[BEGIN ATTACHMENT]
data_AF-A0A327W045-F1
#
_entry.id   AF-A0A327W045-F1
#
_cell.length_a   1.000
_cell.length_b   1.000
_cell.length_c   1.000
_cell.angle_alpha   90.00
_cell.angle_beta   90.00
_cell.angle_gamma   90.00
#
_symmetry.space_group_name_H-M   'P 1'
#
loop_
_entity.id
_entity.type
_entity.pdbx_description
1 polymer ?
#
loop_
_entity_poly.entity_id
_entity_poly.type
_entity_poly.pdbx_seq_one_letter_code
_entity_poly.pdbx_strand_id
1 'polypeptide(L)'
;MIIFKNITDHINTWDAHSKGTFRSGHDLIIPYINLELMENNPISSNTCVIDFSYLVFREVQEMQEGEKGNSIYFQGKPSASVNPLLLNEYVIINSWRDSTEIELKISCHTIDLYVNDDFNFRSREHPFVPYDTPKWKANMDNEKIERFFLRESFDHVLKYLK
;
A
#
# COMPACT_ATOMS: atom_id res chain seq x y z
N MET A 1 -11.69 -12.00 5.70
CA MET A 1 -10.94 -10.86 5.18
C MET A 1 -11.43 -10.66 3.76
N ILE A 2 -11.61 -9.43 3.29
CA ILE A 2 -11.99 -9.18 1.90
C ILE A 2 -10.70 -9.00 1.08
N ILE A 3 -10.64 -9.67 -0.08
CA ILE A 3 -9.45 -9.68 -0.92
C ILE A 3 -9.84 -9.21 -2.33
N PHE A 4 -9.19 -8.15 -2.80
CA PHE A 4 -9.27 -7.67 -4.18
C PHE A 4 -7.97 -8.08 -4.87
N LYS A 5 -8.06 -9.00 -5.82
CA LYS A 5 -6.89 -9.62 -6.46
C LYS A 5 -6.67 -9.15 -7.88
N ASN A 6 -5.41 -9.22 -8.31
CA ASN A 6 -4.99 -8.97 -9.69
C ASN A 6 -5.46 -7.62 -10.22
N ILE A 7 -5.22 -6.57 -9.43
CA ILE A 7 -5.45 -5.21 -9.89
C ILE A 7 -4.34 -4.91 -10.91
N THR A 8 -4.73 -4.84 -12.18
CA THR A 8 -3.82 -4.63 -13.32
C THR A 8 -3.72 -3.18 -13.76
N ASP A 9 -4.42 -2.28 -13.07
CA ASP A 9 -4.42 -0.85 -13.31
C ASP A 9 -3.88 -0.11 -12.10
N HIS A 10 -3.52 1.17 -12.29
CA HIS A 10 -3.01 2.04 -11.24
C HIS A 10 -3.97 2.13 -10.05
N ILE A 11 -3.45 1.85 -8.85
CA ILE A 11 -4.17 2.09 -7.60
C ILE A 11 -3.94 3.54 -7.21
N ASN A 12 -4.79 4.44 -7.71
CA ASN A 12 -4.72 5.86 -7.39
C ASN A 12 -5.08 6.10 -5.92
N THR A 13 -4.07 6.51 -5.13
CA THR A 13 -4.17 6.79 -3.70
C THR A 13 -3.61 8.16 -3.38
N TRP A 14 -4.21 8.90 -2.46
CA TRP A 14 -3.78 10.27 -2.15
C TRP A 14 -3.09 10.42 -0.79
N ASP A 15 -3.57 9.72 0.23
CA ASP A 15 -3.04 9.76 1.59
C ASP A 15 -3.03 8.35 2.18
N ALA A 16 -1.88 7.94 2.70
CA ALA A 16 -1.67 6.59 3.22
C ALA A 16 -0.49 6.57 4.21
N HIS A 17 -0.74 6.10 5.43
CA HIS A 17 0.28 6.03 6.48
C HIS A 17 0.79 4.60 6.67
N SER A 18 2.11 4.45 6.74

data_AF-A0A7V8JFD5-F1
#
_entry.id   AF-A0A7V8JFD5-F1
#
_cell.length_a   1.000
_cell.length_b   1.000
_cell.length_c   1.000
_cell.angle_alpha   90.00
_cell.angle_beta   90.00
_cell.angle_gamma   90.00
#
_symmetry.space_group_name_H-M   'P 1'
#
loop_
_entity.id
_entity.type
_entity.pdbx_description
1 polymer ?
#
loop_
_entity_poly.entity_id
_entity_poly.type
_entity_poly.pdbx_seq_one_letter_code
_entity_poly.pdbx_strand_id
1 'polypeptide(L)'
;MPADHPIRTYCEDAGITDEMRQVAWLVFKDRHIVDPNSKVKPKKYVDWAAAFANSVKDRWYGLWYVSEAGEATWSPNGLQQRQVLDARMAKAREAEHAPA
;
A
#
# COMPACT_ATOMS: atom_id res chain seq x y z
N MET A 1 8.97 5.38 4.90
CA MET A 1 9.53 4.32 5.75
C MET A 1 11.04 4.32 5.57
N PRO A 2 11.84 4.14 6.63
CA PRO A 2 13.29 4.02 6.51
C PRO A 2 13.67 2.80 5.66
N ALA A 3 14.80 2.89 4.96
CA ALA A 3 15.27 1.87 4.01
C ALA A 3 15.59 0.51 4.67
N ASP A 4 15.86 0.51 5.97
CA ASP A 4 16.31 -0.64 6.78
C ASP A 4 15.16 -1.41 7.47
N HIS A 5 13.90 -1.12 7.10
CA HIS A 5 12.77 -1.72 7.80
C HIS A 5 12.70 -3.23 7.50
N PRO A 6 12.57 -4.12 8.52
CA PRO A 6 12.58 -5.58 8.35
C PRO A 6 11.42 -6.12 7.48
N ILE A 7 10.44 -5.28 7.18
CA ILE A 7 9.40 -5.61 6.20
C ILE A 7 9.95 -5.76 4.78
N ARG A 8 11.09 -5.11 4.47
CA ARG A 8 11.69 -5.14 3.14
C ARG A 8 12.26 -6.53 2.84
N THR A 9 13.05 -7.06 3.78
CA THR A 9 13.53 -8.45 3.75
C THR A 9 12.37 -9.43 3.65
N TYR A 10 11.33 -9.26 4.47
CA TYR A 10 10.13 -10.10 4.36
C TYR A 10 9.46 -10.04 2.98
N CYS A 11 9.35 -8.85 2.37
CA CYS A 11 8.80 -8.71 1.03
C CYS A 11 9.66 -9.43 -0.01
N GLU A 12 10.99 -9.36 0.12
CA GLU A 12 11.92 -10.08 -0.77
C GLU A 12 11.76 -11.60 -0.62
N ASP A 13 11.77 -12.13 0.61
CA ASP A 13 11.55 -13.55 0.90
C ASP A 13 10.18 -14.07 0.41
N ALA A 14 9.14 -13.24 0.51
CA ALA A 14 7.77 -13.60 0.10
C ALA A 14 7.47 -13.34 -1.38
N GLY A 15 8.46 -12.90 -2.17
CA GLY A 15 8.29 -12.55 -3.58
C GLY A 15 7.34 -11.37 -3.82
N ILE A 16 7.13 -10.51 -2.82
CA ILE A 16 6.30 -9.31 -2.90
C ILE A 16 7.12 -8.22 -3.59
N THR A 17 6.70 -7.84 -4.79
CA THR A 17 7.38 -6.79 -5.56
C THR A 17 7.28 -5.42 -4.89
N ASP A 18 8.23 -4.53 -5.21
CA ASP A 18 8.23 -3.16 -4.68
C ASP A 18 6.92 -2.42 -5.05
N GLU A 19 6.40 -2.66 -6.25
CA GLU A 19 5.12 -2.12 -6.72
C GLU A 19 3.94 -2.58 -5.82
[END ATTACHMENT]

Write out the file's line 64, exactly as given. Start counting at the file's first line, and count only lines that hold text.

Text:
N ASN A 12 -4.79 4.44 -7.71